It's a busy world and people don't always have time to read anymore — or watch movies, apparently, since we're just coming off the worst Thanksgiving weekend in box-office history. But what if you could somehow combine the storytelling sensibilities of Jordan Peele with those of a fiction podcast, perfect for those who like to multitask? The answer is "Quiet Part Loud," a new 12-episode podcast starring Tony Award-winning actor and Pulitzer Prize-winning playwright Tracy Letts.
Co-produced by Gimlet Media and Peele's own Monkeypaw Productions, "Quiet Part Loud" dropped its full episode order in bulk on Spotify earlier this month. Peele acts as an executive producer for the series with Win Rosenfeld and Mimi O'Donnell, the latter of whom serves as director. The plot, per the official synopsis, involves a "disgraced radio host" who seeks to reinvent himself "by chronicling the cold-case disappearance of several Muslim teens from Staten Island — a group he himself disparaged — in the wake of 9/11." Yet he "soon discovers this is no ordinary hate crime, as his ill-considered investigations bring him face-to-face with an ancient American evil that's ready to offer him a monstrous bargain."
In a recent interview with Dax Shepard on Armchair Expert, Peele discussed the appeal of the podcast realm for him and Monkeypaw, saying, "It's super cool, super scary, and it really kind of has engaged me with what's possible in the audio space more." He called "Quiet Part Loud" a topical "horror story that feels like it needs to be told through this medium because it's about sound."
An Entity 'That Uses Sound As Part Of Its Methodology'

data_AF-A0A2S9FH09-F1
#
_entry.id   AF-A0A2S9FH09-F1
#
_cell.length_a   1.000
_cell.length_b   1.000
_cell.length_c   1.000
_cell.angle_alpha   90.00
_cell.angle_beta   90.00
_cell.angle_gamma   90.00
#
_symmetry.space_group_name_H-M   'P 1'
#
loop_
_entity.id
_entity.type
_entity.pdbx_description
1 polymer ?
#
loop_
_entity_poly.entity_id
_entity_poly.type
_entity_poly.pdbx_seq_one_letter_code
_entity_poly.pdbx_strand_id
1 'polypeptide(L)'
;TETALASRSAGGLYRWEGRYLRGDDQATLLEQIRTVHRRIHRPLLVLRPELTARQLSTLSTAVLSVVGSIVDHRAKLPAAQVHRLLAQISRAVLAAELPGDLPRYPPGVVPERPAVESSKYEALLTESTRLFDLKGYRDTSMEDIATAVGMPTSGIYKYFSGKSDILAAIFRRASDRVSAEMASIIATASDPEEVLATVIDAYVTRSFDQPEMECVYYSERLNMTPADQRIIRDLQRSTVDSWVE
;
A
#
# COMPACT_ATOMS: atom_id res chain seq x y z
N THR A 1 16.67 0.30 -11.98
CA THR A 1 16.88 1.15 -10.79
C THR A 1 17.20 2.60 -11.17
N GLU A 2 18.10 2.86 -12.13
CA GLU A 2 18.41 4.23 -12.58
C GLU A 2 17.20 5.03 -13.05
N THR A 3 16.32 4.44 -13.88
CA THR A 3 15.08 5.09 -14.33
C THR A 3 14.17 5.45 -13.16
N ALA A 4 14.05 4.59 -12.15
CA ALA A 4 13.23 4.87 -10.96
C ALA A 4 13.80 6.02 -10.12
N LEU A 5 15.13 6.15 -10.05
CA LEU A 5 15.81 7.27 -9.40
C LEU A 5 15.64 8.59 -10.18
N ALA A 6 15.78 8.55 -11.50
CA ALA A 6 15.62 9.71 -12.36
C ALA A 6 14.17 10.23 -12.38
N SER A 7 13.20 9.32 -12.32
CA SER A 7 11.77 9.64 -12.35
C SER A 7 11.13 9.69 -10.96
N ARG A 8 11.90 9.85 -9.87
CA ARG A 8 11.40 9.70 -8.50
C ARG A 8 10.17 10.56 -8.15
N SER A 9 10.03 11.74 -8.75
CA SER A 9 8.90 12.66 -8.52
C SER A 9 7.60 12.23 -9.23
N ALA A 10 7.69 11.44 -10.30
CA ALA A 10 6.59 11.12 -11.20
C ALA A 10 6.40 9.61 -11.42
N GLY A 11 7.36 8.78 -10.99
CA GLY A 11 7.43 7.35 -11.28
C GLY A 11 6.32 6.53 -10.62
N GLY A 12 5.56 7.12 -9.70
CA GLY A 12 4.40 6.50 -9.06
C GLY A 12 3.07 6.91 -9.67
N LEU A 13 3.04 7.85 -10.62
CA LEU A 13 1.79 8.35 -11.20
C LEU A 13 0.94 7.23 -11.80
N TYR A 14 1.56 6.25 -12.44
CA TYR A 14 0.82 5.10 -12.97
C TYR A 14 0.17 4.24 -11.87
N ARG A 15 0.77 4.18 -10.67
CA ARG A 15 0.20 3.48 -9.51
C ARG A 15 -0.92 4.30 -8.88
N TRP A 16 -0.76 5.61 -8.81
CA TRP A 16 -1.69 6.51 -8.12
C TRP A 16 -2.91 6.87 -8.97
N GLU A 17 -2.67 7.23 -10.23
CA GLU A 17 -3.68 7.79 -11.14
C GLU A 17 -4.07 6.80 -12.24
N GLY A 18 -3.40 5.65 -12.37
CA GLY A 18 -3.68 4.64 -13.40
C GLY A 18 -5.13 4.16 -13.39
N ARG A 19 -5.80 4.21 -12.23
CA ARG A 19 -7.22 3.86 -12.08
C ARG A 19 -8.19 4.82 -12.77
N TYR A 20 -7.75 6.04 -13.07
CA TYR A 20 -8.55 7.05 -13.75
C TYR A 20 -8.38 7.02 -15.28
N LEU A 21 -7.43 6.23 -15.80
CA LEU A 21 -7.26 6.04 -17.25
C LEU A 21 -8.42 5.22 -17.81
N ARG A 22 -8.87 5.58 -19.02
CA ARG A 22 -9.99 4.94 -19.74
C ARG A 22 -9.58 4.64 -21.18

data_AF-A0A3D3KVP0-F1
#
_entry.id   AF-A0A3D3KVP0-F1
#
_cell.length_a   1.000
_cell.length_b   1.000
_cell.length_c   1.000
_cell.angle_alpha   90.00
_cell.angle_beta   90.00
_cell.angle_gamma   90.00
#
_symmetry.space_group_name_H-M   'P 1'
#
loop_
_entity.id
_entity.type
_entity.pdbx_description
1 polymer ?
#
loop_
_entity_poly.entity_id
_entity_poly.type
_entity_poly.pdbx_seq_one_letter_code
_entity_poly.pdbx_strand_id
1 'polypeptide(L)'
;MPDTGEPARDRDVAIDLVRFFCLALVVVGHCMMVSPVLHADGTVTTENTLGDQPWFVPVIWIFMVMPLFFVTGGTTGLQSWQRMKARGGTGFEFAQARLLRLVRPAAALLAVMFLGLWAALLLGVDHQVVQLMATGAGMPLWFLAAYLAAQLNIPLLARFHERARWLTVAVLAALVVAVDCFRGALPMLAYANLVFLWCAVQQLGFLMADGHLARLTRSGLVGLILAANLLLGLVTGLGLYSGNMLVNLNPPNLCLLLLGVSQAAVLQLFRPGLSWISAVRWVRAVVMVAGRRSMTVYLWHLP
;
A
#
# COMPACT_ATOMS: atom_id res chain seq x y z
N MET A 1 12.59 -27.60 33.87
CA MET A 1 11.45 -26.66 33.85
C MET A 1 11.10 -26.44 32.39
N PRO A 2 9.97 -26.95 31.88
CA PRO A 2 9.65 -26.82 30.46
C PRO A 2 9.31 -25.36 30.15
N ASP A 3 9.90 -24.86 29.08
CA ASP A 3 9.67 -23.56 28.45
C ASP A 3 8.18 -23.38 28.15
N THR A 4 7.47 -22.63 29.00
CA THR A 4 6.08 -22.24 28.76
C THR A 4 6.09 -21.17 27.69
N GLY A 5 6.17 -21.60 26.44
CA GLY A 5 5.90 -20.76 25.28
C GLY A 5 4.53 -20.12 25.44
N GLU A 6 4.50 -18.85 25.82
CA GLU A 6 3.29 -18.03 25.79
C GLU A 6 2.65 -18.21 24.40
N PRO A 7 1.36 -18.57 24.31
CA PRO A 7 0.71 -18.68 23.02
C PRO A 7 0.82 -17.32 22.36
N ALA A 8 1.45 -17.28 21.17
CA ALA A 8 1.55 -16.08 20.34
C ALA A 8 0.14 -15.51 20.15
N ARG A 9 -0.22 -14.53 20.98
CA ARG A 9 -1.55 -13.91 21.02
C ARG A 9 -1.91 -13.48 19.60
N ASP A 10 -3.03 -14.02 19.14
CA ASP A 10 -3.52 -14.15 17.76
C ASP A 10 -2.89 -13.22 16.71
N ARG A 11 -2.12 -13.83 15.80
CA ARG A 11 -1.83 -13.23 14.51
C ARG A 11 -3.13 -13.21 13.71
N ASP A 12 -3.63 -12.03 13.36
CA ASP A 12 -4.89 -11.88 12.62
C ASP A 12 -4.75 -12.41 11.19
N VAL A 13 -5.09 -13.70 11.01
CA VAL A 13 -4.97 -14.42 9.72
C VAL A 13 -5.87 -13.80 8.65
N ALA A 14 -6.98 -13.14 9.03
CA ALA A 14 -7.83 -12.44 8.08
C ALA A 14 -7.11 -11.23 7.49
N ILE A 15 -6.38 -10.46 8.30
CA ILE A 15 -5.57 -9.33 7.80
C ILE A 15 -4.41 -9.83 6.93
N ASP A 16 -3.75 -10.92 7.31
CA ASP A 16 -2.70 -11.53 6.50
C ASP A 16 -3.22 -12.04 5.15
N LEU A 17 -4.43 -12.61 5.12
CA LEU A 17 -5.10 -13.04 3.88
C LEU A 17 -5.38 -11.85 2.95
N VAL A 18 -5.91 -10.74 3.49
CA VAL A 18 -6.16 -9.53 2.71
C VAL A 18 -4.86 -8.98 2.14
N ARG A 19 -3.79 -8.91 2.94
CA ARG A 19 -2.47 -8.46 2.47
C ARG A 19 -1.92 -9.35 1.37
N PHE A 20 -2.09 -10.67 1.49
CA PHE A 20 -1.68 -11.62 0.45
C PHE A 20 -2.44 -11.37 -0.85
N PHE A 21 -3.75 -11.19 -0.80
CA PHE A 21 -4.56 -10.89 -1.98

"Quiet Part Loud" seems like something of an audio continuation of Peele's "Twilight Zone" reboot, in that he's producing it and it has a similar socially conscious horror M.O. He likened the main character to "a Rush Limbaugh sort of right-wing guy, this sort of pre-Trumpian politics example of this hate that has kind of always been festering in this country in a way waiting to be unleashed."
"This character, just brilliantly portrayed by the great Tracy Letts," Peele continued, "of course encounters an entity that is truly terrifying and ultimately uses sound as part of its methodology of possession and whatnot. And so, besides the plot mechanic that's in here, with horror we often say, 'What you don't see can be scarier than what you can see.' And so this idea of letting people's imaginations do a bit more of the work is really appealing."
Peele also likened the podcast medium to the radio dramas and campfire tales of yore, acknowledging that horror thrives by playing on subjective fears, which is part of what makes "Quiet Part Loud" ideally suited to the audio format. He concluded by saying:
"When you start hearing, say, sound effects of some gore happening, whether or not you know exactly what's happening you fill in the blanks, you know, with your scariest thing. Which is better than my scariest thing, you know? So obviously I'm very late to the curve here, but I can see how the old radio plays fascinated, and the magic of even, you know, you think about the first storytelling at the stars, the campfire, that a different kind of magic comes through when the limitations are off."
Read this next: The Best Movies Of 2022 So Far
The post Jordan Peele Fans Can Experience Even More Horror With His New Podcast Quiet Part Loud appeared first on /Film.